In a house in northern France, a group of people await the return of some friends who have pulled off a daring art robbery. The house is owned by the father of one of the group, Mia, and it is she who has masterminded (or should that be mistressminded?) the theft from her own dad, there clearly not being much love lost between them.
When the party return with the stolen picture, the plan’s gone awry – one of them, Louie, was shot dead during the robbery. The group must decide what to do with the body, which they’ve brought back in the boot of the getaway car, and how they’re going to make their escape. Things get more complicated when Louie’s body goes missing, and Mia is killed.
Is Louie really dead? Is there someone else in the house with them? Who will be next?
I really liked this well-scripted, tense little thriller much more than I was expecting, in that some of the people behind the camera were responsible for the fairly poor 2015 film The Cutting Room.
Modestly budgeted at £55,000, it’s not overly flashy, but there’s some solid acting on display from the (very) young cast, and the script, by Rosy Deacon (already an award winner for her 2013 screenplay Shards) is well paced and allows the characterisation – and the red herrings – to develop well.
Ok it’s not particularly original – Shallow Grave visited the same basic set up over twenty years ago – and you do have to suspend disbelief in imagining this lot’s ability to pull off a major crime. But Blood Money is both efficient and ruthless, and builds to a great slasher-y climax.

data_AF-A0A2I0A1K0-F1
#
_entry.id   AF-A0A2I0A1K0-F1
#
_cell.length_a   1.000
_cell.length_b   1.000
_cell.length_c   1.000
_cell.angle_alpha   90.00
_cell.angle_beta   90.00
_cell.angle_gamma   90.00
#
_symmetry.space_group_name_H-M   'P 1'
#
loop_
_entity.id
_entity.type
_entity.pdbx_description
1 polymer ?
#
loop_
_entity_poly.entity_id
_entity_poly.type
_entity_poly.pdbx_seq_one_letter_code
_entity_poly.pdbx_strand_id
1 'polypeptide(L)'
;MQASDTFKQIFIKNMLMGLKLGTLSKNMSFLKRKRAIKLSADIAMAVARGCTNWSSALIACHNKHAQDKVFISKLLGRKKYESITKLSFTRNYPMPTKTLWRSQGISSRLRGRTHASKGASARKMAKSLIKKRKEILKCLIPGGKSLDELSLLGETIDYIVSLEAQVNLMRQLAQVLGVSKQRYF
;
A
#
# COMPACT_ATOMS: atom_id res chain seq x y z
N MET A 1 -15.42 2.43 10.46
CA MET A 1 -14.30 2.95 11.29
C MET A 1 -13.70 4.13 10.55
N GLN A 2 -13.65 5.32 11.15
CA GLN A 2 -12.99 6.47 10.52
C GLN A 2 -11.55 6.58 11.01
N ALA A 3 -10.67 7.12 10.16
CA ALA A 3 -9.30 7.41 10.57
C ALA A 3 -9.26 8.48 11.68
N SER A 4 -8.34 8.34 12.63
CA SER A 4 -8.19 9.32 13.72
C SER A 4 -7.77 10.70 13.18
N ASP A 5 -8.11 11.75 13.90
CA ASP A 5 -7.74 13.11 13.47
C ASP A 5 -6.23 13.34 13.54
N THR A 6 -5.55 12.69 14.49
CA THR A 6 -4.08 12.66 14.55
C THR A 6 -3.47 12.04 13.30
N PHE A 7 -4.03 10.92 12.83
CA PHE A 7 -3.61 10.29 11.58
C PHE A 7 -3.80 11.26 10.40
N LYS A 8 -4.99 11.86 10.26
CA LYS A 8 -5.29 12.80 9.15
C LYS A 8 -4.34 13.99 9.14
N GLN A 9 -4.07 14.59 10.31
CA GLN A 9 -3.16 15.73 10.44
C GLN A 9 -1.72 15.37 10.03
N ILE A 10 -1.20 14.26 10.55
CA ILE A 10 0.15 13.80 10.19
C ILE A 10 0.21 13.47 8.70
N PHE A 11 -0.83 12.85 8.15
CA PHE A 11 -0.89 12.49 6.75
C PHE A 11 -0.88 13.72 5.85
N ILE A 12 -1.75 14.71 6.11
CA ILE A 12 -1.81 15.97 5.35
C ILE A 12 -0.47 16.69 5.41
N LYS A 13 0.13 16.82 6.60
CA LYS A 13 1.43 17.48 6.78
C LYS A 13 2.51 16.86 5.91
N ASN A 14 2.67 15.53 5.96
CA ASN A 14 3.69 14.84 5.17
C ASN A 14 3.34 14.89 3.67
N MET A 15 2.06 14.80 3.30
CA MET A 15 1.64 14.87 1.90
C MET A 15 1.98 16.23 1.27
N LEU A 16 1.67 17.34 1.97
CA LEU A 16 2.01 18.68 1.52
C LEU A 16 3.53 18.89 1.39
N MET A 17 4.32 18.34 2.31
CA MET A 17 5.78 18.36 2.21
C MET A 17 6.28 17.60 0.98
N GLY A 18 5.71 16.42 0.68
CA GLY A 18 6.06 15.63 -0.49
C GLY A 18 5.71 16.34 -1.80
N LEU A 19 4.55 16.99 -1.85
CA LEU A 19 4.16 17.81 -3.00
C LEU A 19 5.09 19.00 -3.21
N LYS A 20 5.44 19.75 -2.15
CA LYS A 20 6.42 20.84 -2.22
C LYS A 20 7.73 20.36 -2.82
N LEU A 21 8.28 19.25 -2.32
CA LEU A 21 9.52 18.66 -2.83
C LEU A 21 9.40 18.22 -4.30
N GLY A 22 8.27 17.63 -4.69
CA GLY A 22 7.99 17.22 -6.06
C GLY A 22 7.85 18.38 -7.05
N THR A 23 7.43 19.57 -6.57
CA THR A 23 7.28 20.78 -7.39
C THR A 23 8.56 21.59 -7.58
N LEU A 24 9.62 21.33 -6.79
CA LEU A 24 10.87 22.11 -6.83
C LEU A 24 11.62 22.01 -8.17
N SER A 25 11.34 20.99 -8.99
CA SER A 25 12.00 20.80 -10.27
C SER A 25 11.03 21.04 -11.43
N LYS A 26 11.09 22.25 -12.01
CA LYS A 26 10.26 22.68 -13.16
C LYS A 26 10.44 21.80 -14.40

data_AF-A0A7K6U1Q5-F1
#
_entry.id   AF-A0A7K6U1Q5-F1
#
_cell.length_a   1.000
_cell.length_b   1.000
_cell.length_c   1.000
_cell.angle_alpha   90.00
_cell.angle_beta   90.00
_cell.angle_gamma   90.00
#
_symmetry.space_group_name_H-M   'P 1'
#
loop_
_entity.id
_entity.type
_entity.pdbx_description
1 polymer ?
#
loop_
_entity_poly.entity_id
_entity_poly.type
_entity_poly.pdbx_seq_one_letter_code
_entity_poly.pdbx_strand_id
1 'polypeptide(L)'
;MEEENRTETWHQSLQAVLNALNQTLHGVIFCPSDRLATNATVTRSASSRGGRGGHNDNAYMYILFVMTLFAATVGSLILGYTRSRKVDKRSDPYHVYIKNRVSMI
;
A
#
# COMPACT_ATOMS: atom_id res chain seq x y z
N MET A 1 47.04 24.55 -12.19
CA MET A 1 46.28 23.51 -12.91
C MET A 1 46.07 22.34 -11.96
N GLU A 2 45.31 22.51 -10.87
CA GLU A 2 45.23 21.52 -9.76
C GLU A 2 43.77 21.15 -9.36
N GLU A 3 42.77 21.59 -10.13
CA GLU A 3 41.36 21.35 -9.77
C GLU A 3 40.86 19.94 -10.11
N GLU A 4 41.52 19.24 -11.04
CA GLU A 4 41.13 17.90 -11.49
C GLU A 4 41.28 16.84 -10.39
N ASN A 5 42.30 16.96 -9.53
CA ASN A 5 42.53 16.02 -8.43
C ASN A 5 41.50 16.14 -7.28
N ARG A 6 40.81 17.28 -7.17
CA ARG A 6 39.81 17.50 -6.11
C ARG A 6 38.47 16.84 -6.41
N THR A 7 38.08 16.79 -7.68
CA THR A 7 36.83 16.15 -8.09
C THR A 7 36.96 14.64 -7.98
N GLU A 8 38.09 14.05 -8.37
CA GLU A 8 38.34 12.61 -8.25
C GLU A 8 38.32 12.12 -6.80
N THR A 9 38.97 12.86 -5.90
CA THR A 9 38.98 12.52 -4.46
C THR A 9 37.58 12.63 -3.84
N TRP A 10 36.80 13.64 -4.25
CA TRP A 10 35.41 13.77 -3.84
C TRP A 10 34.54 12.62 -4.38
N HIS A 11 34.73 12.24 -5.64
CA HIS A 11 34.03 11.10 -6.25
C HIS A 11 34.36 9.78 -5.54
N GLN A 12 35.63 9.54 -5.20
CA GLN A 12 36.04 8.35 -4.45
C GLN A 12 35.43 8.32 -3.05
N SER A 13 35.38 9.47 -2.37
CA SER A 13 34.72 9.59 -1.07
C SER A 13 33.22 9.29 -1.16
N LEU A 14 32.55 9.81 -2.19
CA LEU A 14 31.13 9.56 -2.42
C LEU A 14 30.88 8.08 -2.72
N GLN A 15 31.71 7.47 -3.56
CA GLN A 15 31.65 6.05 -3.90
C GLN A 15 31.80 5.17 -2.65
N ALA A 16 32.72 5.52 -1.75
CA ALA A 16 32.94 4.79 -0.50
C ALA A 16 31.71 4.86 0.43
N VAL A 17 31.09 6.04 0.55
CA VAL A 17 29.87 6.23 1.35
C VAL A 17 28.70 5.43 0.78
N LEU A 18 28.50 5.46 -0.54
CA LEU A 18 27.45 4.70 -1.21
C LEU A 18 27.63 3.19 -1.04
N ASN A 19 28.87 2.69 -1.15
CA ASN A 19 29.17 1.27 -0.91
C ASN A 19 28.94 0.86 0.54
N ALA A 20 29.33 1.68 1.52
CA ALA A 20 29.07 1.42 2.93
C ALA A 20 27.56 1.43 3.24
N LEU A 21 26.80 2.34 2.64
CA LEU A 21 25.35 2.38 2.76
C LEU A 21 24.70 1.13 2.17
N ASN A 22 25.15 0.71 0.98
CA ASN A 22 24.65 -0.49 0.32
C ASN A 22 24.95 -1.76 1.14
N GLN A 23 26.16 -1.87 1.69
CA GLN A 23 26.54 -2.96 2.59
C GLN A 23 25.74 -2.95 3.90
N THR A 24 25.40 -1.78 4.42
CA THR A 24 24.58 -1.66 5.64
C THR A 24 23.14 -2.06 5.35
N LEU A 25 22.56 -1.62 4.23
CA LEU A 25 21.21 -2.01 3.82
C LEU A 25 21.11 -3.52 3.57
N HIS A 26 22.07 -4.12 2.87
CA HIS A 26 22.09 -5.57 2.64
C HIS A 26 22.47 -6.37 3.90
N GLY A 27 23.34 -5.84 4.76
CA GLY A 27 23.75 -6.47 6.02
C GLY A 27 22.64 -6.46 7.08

Cast-wise the star of the film is arguably Scott Chambers, who the press pack tells us has already been praised by Mark Kermode as ‘a young DiCaprio.’ As the awkward Zander, Chambers is shifty and mumbling, and is as near as the film comes to comedy.
In fact I thought he was channelling one of Coronation Street’s finest characters, Graeme Proctor, in his performance – and he was clearly a big hit with the cast and crew audience with whom I saw the film.
To be honest I was quite privileged to see this on the big screen, as I think it’s unlikely to get a theatrical deal. It’s more televisual than cinematic, both in acting range and the look of the thing.
This is more an observation than a criticism though, as Blood Money is a gripping film that should do well on DVD and streaming services.